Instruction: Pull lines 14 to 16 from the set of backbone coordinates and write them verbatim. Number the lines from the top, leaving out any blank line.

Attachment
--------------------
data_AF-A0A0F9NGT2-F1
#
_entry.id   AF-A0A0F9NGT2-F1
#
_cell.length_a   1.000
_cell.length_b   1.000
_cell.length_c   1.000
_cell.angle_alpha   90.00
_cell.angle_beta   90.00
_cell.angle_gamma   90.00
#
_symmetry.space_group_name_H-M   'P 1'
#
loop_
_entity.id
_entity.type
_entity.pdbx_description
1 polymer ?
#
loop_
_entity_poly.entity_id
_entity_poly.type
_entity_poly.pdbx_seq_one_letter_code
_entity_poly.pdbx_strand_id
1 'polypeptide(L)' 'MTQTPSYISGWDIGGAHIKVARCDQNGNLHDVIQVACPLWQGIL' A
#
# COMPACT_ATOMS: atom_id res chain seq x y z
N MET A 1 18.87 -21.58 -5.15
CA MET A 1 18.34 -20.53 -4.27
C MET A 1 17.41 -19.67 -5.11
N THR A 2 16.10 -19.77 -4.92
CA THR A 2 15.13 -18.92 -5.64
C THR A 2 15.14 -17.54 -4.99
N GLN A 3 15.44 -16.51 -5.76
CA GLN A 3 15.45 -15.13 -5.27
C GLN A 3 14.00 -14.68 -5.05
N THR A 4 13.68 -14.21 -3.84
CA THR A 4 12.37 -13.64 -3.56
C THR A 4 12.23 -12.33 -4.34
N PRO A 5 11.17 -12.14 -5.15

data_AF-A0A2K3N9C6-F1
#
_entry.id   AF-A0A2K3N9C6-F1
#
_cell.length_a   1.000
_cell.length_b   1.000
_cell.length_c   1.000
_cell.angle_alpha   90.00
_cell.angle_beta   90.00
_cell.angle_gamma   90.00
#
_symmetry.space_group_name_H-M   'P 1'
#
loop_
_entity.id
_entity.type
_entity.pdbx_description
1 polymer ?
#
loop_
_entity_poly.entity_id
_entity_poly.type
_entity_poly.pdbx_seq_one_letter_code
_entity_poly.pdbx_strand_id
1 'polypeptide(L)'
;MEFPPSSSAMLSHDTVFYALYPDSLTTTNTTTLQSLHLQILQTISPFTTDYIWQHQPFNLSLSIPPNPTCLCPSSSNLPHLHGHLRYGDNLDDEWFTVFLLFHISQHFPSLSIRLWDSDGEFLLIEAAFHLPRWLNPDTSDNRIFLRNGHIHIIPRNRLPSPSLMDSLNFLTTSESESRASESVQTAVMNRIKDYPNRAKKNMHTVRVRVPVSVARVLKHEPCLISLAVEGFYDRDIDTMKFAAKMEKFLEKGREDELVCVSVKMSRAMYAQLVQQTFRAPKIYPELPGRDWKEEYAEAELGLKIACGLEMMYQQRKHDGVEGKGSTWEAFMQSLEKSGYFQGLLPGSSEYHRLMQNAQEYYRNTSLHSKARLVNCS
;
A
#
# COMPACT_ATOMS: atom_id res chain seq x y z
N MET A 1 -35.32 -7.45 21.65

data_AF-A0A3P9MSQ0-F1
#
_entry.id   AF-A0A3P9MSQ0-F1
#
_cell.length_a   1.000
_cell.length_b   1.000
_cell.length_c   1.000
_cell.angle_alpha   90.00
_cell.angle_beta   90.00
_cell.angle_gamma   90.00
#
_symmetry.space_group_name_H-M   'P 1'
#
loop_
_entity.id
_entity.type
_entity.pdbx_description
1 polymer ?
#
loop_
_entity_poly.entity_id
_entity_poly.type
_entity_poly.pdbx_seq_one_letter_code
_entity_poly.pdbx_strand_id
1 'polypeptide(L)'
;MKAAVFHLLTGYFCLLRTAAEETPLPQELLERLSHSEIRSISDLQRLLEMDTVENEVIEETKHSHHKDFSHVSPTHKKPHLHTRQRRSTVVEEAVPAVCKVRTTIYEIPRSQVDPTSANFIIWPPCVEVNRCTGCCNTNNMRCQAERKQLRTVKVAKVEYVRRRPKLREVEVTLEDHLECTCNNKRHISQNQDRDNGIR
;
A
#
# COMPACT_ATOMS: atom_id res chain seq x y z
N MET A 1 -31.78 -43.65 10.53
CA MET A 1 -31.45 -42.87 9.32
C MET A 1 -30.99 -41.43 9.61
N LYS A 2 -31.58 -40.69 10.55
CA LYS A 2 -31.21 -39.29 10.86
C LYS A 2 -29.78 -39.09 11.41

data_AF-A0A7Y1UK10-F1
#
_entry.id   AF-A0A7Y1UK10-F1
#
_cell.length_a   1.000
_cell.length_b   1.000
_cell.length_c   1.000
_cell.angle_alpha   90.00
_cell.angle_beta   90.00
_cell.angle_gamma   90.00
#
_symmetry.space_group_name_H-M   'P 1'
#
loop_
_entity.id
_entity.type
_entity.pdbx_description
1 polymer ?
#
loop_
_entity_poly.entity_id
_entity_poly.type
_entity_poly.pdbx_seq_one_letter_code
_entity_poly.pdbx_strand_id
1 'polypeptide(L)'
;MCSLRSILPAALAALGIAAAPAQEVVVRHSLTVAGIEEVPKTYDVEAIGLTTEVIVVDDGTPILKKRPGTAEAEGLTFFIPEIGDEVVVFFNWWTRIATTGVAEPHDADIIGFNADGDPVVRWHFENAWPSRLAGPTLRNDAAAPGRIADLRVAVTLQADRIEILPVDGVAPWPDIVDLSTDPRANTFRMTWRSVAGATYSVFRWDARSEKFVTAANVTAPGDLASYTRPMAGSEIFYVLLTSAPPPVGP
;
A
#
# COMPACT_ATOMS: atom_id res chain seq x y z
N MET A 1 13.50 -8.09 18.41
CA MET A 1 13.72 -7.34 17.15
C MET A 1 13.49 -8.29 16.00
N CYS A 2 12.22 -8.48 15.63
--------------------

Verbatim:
loop_
_entity.id
_entity.type